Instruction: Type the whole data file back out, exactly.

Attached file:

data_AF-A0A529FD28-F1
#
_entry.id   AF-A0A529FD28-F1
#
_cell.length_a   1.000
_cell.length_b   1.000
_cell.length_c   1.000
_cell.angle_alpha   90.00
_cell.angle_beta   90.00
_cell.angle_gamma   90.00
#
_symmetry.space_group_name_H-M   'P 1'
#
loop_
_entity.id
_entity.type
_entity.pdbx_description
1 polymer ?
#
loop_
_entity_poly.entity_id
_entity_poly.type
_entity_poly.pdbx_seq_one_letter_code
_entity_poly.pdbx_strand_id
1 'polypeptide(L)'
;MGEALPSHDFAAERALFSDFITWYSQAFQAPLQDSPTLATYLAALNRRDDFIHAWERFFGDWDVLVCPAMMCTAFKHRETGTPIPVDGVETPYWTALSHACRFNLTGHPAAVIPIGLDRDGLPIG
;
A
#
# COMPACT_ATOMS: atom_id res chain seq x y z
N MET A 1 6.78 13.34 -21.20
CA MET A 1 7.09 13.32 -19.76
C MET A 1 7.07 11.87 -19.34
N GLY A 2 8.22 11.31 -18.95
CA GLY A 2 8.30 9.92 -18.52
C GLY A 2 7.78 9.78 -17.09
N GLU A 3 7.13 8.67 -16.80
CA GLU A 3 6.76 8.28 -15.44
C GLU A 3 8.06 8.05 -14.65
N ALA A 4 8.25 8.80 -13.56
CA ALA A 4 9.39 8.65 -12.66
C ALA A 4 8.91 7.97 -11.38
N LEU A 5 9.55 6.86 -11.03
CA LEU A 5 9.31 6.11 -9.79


data_AF-A0A529FD28-F1
#
_entry.id   AF-A0A529FD28-F1
#
_cell.length_a   1.000
_cell.length_b   1.000
_cell.length_c   1.000
_cell.angle_alpha   90.00
_cell.angle_beta   90.00
_cell.angle_gamma   90.00
#
_symmetry.space_group_name_H-M   'P 1'
#
loop_
_entity.id
_entity.type
_entity.pdbx_description
1 polymer ?
#
loop_
_entity_poly.entity_id
_entity_poly.type
_entity_poly.pdbx_seq_one_letter_code
_entity_poly.pdbx_strand_id
1 'polypeptide(L)'
;MGEALPSHDFAAERALFSDFITWYSQAFQAPLQDSPTLATYLAALNRRDDFIHAWERFFGDWDVLVCPAMMCTAFKHRETGTPIPVDGVETPYWTALSHACRFNLTGHPAAVIPIGLDRDGLPIG
;
A
#
# COMPACT_ATOMS: atom_id res chain seq x y z
N MET A 1 6.78 13.34 -21.20
CA MET A 1 7.09 13.32 -19.76
C MET A 1 7.07 11.87 -19.34
N GLY A 2 8.22 11.31 -18.95
CA GLY A 2 8.30 9.92 -18.52
C GLY A 2 7.78 9.78 -17.09
N GLU A 3 7.13 8.67 -16.80
CA GLU A 3 6.76 8.28 -15.44
C GLU A 3 8.06 8.05 -14.65
N ALA A 4 8.25 8.80 -13.56
CA ALA A 4 9.39 8.65 -12.66
C ALA A 4 8.91 7.97 -11.38
N LEU A 5 9.55 6.86 -11.03
CA LEU A 5 9.31 6.11 -9.79